Chapter 2: Mmmmm, Good


February 14, 1993|By ELIZABETH LARGE

Westminster Inn, 5 S. Center St., Westminster, (410) 876-2893. Major credit cards. Open for lunch and dinner Wednesdays to Fridays, open for dinner only Saturdays and Sundays. No-smoking area: yes. Wheelchair-accessible: yes. Prices: first courses, $3.75-$8.95, entrees, $16.95-$29.95.

When my predecessor reviewed the Westminster Inn, the headline read "Chapter 1: Flawed But Promising"; and she urged readers to give it a couple of months because it was new and ambitious. I ended up giving it four years. It was definitely time for a return visit.

Unlike some restaurants that call themselves country inns, the Westminster Inn really is one, with 13 guest rooms. It was originally a turn-of-the-century schoolhouse, though, not a house hotel. And come to think of it, the Westminster Inn isn't exactly a country inn. It's located right in Westminster.

So it will come as no great surprise to find that this country inn doesn't serve corn fritters and ham. What it does offer is contemporary American food, the kind that's quite expensive. Blackened redfish with crab meat and creme fraiche. Tournedos and fried green tomatoes. Quail stuffed with wild rice and sun-dried cranberries. That sort of thing.

Now sun-dried cranberries don't come cheap; but if price isn't a consideration, you can have a fine, even elegant meal in one of the inn's two handsome dining rooms. There's the Botany Room -- a pretty, glassed-in room, full of plants, where smokers are relegated. The non-smoking dining room is the Library, with built-in shelves of books along one wall, brocade-backed chairs, a crystal chandelier, thick carpeting and deep burgundy walls.

Almost everything we ordered was good; the only general criticism I have is that some things were unexpectedly sweetened (not always successfully). The smoked corn chowder, with sugar added, worked; the honey-poppy seed house dressing didn't. Or take the sweet fruit muffins that are served along with the other homemade breads; they don't go very well with this kind of meal.

Each of the dishes on the menu comes with a suggestion for a wine. And that's good. Given some of the combinations of ingredients, people may need some help choosing a wine. What, for instance, would you serve with tenderloin tips sauteed with fresh ginger and accompanied by sesame noodles and snow peas -- especially if you're eating them with a banana muffin?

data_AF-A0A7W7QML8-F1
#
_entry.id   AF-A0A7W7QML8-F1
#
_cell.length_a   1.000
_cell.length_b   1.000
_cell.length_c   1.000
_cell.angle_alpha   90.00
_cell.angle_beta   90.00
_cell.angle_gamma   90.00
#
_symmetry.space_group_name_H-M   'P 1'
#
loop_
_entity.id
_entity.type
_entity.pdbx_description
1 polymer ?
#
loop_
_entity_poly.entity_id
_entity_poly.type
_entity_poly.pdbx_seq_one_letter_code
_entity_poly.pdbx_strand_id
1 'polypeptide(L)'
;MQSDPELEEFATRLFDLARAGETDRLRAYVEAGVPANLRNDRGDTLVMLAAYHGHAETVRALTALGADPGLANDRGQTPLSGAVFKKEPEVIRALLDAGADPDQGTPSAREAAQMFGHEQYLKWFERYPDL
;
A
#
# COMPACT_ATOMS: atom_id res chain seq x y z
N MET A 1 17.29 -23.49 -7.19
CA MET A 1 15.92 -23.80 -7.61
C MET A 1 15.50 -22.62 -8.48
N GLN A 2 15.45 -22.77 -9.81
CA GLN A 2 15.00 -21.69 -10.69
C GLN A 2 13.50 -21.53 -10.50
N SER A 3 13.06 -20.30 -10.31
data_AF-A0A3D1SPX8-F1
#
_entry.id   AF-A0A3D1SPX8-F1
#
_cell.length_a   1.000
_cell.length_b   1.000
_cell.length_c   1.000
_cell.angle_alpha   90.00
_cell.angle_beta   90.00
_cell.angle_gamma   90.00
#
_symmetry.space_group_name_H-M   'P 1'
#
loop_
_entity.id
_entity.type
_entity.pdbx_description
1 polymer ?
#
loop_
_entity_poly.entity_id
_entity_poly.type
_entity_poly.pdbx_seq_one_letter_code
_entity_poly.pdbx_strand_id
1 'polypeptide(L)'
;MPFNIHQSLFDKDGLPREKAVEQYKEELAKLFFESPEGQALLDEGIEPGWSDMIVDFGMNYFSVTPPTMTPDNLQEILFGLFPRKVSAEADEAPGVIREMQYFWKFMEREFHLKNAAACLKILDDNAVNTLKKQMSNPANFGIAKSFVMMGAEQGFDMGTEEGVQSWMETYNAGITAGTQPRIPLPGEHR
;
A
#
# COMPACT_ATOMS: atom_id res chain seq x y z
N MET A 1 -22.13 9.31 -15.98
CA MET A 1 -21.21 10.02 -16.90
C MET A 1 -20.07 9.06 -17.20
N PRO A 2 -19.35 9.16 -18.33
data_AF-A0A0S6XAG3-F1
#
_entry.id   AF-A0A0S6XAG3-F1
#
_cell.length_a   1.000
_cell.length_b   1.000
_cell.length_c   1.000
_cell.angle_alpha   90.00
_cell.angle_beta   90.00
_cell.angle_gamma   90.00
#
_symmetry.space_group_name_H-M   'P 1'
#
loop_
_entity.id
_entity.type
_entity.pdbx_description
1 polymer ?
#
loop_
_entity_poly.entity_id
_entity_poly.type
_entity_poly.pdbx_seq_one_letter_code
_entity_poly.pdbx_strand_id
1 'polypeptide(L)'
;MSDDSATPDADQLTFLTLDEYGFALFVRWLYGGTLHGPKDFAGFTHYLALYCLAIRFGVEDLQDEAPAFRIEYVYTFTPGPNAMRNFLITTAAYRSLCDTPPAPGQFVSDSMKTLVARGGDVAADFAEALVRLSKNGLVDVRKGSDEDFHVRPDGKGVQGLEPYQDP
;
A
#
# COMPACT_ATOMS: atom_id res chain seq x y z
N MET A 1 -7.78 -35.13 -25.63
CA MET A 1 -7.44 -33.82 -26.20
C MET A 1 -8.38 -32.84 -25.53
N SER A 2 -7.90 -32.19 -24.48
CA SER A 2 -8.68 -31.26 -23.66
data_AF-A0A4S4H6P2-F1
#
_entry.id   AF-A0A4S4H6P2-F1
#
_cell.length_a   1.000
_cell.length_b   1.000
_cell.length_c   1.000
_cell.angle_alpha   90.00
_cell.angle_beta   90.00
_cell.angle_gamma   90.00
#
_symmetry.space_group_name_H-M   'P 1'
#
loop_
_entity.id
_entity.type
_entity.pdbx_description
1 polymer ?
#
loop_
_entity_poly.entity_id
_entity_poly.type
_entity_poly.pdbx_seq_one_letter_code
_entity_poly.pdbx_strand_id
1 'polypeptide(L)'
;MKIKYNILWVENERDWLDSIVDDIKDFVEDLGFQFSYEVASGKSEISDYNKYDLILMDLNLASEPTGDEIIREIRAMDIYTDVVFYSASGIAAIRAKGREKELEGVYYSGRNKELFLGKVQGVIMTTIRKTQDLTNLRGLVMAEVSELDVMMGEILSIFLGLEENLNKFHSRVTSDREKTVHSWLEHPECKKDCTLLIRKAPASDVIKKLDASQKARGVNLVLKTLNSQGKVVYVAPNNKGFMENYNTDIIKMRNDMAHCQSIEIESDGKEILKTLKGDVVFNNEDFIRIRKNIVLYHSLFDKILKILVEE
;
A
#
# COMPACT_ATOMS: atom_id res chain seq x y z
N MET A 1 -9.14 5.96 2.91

Most of these combinations, by the way, seem overly clever only until you taste them. Then you approve. Take the boneless slices of duck breast, served medium rare with a sun-dried cranberry, fresh ginger and brandy sauce. Lovely. If I hadn't read the menu, I wouldn't have known the rice dish included barley and rye; but I would have noted the interesting texture. With this pretty plate came just-tender green beans sprinkled with a bit of red pepper confetti.

An inch-thick pork chop with polenta had a deeply flavorful, rich brown sauce of wild mushrooms, shallots, cilantro and bourbon. Accompanied by a mixture of slowly cooked dried beans, the dish was a sort of nouvelle cassoulet. The surprise, and I still can't decide whether it worked, was tender-crisp asparagus tips mixed in with the beans.

Best of all our main courses was fresh tuna flavored gently with soy and ginger and grilled medium rare. Roasted red peppers, crisp snow peas and water chestnuts and rice completed a gorgeous-looking as well as -tasting plate.

First courses were equally good. The inn smokes its own salmon over mesquite and serves it with crisp toast, creme fraiche, fresh dill, capers, a bit of caviar and chopped red onion. It's garnished with asparagus, and could easily be split. A first-course crab cake in a pool of mustard butter sauce had real lump crab meat. I haven't run into a crab cake this good for a while. A delicate smoked corn chowder had a garnish of dried corn, which added a delightful bit of pizazz. (The kitchen should heat the bowl it comes in, though.)

Such good food made the few slips, like that cold soup bowl, all the more surprising. An elegantly simple salad of greens had a too-vinegary vinaigrette. (Or you could have the overly sweet house dressing.) Tri-flavor tortellini came in a too-thick, too-salty sauce. And desserts, while good, weren't as inventive as the rest of the meal. (They were the usual extraordinarily rich or extraordinarily chocolate choices.)

All in all, though, we were pleased with the food. And throughout the meal, the service, while not formal, was good, too. Until the very end, that is. When you're paying around $50 a person, you don't expect to be rushed, so I was surprised that at around 9:30 the busperson removed the flowers from all the tables -- including ours while we waited for the check.

Next: Sfuzzi

Baltimore Sun Articles
Please note the green-lined linked article text has been applied commercially without any involvement from our newsroom editors, reporters or any other editorial staff.